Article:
Sunday, 14 February 2016

Cryogenically frozen rabbit brain restored in near perfect condition

FEBRUARY 12, 2016

by Chuck Bednar

Talk about hare-raising science: a team of researchers led by MIT alumnus Robert McIntyre have managed to cryogenically freeze brain and recover a rabbit's brain without causing any significant damage to neurons and synapses.

According to the Daily Mail, McIntyre and his colleagues reported that the brain is in “near-perfect” condition, and their research indicates that “long term structural preservation of an intact brain is achievable” and could eventually be performed on a human brain.

The research team, who published their findings in the journal Cryobiology, used a new technique called aldehyde-stabilized cryopreservation (ASC), which uses an organic compound known as glutaraldehyde (typically a sterilizing agent) to stabilize the brain circuitry, then using the vitrification process to preserve tissues by cooling them to extreme temperatures.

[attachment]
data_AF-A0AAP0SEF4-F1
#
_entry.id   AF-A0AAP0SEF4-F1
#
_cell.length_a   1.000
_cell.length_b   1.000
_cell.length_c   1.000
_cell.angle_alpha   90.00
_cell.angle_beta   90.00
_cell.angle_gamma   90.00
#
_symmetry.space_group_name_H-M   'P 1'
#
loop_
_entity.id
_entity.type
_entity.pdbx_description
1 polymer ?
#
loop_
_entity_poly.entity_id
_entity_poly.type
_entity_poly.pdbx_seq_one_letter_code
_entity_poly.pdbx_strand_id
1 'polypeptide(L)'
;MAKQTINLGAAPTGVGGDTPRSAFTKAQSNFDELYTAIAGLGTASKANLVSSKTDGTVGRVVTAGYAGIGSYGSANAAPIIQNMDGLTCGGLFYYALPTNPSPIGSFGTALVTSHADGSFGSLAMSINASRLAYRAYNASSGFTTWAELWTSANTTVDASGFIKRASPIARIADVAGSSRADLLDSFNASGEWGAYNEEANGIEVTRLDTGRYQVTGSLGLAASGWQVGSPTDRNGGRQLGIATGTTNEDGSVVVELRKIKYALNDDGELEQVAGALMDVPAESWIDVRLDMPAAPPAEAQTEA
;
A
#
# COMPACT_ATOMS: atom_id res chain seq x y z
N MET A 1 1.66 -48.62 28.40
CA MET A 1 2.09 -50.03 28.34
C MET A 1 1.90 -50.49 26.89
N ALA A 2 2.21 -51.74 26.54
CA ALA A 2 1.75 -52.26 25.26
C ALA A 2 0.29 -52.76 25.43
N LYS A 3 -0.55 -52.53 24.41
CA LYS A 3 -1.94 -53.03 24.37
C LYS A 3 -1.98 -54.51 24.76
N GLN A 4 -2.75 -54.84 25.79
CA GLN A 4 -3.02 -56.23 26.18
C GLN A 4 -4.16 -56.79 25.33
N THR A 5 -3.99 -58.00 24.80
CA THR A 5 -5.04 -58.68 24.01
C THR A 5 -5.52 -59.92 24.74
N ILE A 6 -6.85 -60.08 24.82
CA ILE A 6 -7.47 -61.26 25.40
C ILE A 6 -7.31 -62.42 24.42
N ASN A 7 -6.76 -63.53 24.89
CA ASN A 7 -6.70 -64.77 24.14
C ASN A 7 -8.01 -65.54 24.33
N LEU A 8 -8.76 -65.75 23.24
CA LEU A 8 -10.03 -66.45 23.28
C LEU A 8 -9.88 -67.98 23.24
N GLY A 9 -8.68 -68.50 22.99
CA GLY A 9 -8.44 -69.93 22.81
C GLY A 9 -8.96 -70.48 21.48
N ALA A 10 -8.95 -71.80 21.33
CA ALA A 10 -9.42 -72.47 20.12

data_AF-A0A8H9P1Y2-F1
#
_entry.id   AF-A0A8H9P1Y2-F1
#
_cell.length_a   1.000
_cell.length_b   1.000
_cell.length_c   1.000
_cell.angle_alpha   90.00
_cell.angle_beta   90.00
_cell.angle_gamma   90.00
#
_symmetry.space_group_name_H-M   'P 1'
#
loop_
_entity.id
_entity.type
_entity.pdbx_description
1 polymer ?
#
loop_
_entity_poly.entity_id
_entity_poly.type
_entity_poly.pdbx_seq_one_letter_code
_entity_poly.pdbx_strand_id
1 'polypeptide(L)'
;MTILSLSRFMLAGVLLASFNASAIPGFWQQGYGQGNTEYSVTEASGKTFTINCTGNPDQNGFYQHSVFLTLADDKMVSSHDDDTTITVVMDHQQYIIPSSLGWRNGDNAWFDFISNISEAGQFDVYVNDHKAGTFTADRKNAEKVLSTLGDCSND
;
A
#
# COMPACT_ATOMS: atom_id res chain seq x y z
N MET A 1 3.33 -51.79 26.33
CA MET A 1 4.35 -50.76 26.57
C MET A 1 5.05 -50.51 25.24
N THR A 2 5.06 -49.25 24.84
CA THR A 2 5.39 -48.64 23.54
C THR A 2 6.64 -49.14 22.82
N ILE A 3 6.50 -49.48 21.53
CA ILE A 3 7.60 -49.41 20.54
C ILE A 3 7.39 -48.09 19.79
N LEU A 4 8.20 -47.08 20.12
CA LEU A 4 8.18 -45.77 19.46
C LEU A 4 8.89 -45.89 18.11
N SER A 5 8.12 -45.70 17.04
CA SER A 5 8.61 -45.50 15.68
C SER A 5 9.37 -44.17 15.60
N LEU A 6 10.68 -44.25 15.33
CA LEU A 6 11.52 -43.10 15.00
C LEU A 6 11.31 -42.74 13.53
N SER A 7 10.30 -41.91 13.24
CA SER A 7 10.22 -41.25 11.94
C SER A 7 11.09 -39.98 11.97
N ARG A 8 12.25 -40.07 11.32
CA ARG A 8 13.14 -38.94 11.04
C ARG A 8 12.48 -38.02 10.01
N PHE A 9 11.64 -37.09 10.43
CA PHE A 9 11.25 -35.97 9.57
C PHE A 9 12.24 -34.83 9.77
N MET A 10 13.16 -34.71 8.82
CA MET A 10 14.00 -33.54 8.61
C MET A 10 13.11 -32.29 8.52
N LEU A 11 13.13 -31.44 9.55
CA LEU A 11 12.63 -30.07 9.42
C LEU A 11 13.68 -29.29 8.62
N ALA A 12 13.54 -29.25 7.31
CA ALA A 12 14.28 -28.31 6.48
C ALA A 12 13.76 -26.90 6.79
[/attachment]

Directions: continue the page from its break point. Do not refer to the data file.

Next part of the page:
By draining the blood from the creature’s head and replacing it with the glutaraldehyde, they were able to hold proteins in place, holding off metabolic decay and preventing the brain from shrinking. When stored at temperatures of -135 degrees Celsius, the brain could theoretically be preserved for hundreds of years, according to Popular Science.

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